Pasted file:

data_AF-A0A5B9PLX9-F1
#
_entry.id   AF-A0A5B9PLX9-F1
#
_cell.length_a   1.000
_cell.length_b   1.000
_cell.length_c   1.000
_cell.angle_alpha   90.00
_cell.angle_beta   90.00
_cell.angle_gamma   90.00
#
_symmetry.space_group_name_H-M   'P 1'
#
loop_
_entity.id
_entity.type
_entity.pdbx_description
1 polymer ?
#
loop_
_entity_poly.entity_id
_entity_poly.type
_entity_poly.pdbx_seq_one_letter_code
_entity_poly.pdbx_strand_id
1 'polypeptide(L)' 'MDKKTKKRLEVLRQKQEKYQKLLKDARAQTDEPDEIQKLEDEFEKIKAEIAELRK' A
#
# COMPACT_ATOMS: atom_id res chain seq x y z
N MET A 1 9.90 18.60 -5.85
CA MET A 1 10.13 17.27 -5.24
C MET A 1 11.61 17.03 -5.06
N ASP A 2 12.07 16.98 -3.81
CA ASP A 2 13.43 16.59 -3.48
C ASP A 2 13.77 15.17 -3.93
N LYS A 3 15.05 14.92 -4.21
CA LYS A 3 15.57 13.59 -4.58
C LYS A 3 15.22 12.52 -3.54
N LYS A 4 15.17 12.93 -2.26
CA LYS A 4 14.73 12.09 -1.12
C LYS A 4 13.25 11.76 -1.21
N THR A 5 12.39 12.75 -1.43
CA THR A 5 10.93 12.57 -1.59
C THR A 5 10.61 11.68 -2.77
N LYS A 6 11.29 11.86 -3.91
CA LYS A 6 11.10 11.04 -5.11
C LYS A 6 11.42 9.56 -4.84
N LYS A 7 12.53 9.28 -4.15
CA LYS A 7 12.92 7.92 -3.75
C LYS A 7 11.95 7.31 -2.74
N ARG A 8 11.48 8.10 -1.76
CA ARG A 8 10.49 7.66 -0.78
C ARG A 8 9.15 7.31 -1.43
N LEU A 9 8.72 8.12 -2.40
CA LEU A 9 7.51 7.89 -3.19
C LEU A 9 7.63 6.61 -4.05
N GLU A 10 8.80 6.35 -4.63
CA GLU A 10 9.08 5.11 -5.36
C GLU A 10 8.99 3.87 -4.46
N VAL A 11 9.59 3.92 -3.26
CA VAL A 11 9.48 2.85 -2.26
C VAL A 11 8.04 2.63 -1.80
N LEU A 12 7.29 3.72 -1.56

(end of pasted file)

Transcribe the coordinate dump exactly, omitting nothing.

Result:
data_AF-A0A5B9PLX9-F1
#
_entry.id   AF-A0A5B9PLX9-F1
#
_cell.length_a   1.000
_cell.length_b   1.000
_cell.length_c   1.000
_cell.angle_alpha   90.00
_cell.angle_beta   90.00
_cell.angle_gamma   90.00
#
_symmetry.space_group_name_H-M   'P 1'
#
loop_
_entity.id
_entity.type
_entity.pdbx_description
1 polymer ?
#
loop_
_entity_poly.entity_id
_entity_poly.type
_entity_poly.pdbx_seq_one_letter_code
_entity_poly.pdbx_strand_id
1 'polypeptide(L)' 'MDKKTKKRLEVLRQKQEKYQKLLKDARAQTDEPDEIQKLEDEFEKIKAEIAELRK' A
#
# COMPACT_ATOMS: atom_id res chain seq x y z
N MET A 1 9.90 18.60 -5.85
CA MET A 1 10.13 17.27 -5.24
C MET A 1 11.61 17.03 -5.06
N ASP A 2 12.07 16.98 -3.81
CA ASP A 2 13.43 16.59 -3.48
C ASP A 2 13.77 15.17 -3.93
N LYS A 3 15.05 14.92 -4.21
CA LYS A 3 15.57 13.59 -4.58
C LYS A 3 15.22 12.52 -3.54
N LYS A 4 15.17 12.93 -2.26
CA LYS A 4 14.73 12.09 -1.12
C LYS A 4 13.25 11.76 -1.21
N THR A 5 12.39 12.75 -1.43
CA THR A 5 10.93 12.57 -1.59
C THR A 5 10.61 11.68 -2.77
N LYS A 6 11.29 11.86 -3.91
CA LYS A 6 11.10 11.04 -5.11
C LYS A 6 11.42 9.56 -4.84
N LYS A 7 12.53 9.28 -4.15
CA LYS A 7 12.92 7.92 -3.75
C LYS A 7 11.95 7.31 -2.74
N ARG A 8 11.48 8.10 -1.76
CA ARG A 8 10.49 7.66 -0.78
C ARG A 8 9.15 7.31 -1.43
N LEU A 9 8.72 8.12 -2.40
CA LEU A 9 7.51 7.89 -3.19
C LEU A 9 7.63 6.61 -4.05
N GLU A 10 8.80 6.35 -4.63
CA GLU A 10 9.08 5.11 -5.36
C GLU A 10 8.99 3.87 -4.46
N VAL A 11 9.59 3.92 -3.26
CA VAL A 11 9.48 2.85 -2.26
C VAL A 11 8.04 2.63 -1.80
N LEU A 12 7.29 3.72 -1.56